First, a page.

Darkest Hour

I haven’t written a film review for a while. Probably because I haven’t been to the cinema a lot – today being an exception – on a damp Thursday on the Champs-Elysées.

Romeo y Julieta, with owner.

It’s all so very improbable. Gary Oldman, wolfish and saturnine, to play Winston Churchill, ponderous, overweight with jowls like an English bulldog? Surely not. He’s played Sid Vicious, Beethoven and Lee Harvey Oswald. But, what a spectacularly understated piece of casting – the Churchill to end them all, with apologies to John Lithgow and others. Hand over the Oscar now.
“Darkest Hour” is set in the months after the resignation of Neville Chamberlain, as Hitler’s Wehrmacht overran Belgium and trampled ruthlessly into France. As the seemingly unstoppable Nazi forces advance, and with the Allied army cornered on the beaches of Dunkirk, the fate of Western Europe hangs on the leadership of the newly-appointed British Prime Minister, a phoenix rising from the ashes.
The power play is between the terminally sick Neville Chamberlain, pain-wracked and ageing, the barely concealed appeasement of the nearly-leader, Lord Halifax and Churchill himself, set in a dark, monochrome London, full of men who smoke, urgently murmuring in brown, panelled rooms.
Clementine Churchill, Winston’s wife, (Kristin Scott Thomas) the ballast in the thinking of a sometimes tortured mind was calm and sensible in contrast to Winston’s terrified but hugely competent secretary-typist Miss Layton (Lily James) who’s almost his muse when crafting his great speeches.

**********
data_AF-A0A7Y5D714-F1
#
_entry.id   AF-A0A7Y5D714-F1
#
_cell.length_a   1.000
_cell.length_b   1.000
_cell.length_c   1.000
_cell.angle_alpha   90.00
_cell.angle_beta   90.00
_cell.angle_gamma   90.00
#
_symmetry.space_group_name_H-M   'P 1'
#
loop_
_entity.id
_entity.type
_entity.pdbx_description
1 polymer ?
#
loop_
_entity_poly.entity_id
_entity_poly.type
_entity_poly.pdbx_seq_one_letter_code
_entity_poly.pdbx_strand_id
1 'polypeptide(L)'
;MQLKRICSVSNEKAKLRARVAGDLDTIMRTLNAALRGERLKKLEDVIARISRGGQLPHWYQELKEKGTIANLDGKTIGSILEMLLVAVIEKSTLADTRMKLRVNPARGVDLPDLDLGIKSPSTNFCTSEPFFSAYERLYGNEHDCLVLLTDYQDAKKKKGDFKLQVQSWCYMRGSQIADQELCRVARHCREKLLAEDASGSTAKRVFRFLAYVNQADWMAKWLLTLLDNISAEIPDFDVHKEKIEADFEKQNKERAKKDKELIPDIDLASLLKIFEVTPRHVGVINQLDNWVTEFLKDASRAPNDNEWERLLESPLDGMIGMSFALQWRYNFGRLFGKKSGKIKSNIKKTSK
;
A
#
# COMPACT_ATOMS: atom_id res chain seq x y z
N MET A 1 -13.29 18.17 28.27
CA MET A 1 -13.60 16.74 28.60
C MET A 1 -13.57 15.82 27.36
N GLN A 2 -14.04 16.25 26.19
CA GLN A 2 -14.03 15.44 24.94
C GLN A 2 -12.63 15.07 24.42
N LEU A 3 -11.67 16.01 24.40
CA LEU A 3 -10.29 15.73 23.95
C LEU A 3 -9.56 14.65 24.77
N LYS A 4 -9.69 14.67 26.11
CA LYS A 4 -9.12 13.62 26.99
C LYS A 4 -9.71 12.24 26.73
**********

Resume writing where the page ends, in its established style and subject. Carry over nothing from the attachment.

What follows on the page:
The acting talent of the Great Man himself doesn’t pass unnoticed. “You need to reply to the Lord Privy Seal, sir”. Winston’s response, in his pink dressing gown behind the toilet door: “I am sealed in the privy, sir, and I can only deal with one shit at a time.”
The film is claustrophobic, mostly, set as it is in war rooms and corridors of power. There are some memorable interactions at the Palace with a rhotacic Ben Mendelsohn as King George VI, in stark contrast to Winston finding himself interacting with the common people who help him make up his mind as he decides to travel to Westminster by Tube.
No blood, guts, sex or glory, but a riveting insight into how a great leader shouldered the responsibilities of war. 9/10.

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